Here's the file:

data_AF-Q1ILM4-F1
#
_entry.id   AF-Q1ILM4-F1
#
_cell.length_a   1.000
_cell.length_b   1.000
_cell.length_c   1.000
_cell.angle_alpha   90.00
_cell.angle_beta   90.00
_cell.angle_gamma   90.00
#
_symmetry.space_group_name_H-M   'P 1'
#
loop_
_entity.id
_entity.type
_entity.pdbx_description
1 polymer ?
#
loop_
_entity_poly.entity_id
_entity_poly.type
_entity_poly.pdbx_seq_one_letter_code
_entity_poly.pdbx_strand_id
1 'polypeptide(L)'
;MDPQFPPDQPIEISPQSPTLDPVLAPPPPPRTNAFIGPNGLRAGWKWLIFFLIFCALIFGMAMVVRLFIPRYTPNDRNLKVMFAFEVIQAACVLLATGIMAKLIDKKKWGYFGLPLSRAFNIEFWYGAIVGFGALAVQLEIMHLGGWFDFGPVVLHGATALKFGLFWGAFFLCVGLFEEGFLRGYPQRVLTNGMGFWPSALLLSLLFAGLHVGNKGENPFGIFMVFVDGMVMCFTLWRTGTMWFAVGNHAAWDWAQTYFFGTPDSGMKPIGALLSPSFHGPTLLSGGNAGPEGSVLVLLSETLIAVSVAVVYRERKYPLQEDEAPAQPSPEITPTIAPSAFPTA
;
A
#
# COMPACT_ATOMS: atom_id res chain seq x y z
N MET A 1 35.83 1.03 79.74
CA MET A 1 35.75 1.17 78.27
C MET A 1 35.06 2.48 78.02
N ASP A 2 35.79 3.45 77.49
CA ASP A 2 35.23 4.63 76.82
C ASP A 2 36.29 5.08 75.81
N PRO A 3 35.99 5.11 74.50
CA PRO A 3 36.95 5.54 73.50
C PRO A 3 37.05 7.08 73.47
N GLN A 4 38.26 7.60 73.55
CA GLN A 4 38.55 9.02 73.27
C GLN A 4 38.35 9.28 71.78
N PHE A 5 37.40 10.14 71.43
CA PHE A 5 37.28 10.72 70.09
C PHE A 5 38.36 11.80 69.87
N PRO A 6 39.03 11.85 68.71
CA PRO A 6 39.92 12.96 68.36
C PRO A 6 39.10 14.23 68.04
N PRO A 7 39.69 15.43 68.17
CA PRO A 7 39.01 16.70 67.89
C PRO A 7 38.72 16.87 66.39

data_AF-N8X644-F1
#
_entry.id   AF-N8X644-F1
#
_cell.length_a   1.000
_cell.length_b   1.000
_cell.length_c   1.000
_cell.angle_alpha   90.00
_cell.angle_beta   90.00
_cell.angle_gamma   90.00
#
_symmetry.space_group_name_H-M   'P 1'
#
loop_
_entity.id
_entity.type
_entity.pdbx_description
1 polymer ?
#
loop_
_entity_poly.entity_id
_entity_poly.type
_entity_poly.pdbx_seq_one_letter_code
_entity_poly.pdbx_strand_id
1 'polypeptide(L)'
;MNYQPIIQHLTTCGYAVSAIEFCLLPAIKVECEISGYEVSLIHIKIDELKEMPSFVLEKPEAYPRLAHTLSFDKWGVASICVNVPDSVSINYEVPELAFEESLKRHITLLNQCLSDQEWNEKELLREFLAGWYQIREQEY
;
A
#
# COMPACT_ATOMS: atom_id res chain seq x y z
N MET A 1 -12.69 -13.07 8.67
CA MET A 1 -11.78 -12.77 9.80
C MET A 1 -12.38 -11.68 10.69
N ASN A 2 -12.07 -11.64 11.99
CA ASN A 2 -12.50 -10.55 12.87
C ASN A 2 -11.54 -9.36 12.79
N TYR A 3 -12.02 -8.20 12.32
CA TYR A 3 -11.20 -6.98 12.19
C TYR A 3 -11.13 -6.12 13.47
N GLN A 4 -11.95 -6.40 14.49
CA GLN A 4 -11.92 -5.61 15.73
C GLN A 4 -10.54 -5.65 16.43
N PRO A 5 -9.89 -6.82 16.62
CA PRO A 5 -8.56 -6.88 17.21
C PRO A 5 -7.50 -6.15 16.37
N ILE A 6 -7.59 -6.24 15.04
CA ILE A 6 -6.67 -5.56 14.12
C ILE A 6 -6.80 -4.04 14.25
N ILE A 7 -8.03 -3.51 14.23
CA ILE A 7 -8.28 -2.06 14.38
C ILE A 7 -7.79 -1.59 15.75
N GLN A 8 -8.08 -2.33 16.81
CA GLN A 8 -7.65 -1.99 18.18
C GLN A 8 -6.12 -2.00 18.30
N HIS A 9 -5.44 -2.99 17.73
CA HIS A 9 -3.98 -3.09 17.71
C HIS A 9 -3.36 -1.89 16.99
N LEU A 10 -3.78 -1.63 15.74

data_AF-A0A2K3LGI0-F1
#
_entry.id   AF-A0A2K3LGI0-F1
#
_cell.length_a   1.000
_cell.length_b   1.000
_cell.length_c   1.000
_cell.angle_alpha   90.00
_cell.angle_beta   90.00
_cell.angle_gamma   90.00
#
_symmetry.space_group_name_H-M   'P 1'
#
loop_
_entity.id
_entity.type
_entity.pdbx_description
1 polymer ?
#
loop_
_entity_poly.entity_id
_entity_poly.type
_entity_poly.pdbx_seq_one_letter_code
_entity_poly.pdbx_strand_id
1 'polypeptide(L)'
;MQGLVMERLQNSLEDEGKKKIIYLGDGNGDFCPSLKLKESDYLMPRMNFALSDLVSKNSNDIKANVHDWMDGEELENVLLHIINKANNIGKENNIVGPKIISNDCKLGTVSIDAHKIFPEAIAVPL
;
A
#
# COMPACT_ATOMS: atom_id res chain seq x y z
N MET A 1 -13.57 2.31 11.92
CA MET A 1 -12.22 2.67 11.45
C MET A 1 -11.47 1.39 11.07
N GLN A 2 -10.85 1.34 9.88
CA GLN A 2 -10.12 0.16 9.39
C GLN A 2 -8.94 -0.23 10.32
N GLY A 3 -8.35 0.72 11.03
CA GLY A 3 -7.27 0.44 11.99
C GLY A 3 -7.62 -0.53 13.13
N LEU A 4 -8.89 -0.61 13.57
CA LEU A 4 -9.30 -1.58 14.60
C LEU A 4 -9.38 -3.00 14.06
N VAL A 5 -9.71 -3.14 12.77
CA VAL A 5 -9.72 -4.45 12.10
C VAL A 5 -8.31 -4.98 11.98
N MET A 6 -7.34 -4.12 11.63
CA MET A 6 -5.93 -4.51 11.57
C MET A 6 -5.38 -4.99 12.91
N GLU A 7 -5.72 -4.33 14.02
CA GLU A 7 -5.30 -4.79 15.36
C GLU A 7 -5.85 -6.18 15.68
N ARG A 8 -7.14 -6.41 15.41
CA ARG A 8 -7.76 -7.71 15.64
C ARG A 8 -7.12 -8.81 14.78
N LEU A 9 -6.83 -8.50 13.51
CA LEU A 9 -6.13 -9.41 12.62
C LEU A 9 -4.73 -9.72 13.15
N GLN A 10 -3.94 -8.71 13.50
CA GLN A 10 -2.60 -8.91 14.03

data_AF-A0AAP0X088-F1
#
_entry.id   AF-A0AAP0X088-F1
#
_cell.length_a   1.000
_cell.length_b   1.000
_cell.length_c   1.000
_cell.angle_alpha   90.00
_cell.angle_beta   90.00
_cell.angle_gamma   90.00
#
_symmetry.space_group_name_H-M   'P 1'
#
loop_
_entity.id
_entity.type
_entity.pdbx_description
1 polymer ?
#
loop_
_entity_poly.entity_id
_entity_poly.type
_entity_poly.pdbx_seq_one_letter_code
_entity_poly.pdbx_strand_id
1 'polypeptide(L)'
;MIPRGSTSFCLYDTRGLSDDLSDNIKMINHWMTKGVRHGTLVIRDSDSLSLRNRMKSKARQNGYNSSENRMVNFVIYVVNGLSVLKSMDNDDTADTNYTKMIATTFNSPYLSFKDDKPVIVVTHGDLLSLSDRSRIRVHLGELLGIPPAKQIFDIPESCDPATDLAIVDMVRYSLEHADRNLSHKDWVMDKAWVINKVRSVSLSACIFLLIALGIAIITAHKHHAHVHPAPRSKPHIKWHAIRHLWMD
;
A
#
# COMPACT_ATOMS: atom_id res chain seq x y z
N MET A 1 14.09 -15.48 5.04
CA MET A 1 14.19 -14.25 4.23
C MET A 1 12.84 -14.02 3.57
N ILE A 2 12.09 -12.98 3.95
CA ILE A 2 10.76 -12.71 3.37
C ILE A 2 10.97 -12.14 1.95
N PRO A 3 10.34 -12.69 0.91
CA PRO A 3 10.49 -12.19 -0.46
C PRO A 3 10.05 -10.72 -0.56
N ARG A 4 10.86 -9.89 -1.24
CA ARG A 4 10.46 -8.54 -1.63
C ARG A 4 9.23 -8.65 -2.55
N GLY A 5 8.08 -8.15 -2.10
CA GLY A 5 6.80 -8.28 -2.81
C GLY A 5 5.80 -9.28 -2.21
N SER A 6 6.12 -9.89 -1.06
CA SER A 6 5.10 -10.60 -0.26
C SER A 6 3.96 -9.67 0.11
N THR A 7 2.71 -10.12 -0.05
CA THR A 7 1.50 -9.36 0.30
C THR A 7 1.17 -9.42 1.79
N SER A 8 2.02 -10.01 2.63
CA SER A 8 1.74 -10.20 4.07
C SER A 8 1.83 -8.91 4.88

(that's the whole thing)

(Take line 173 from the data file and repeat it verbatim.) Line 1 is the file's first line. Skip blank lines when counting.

_cell.length_a   1.000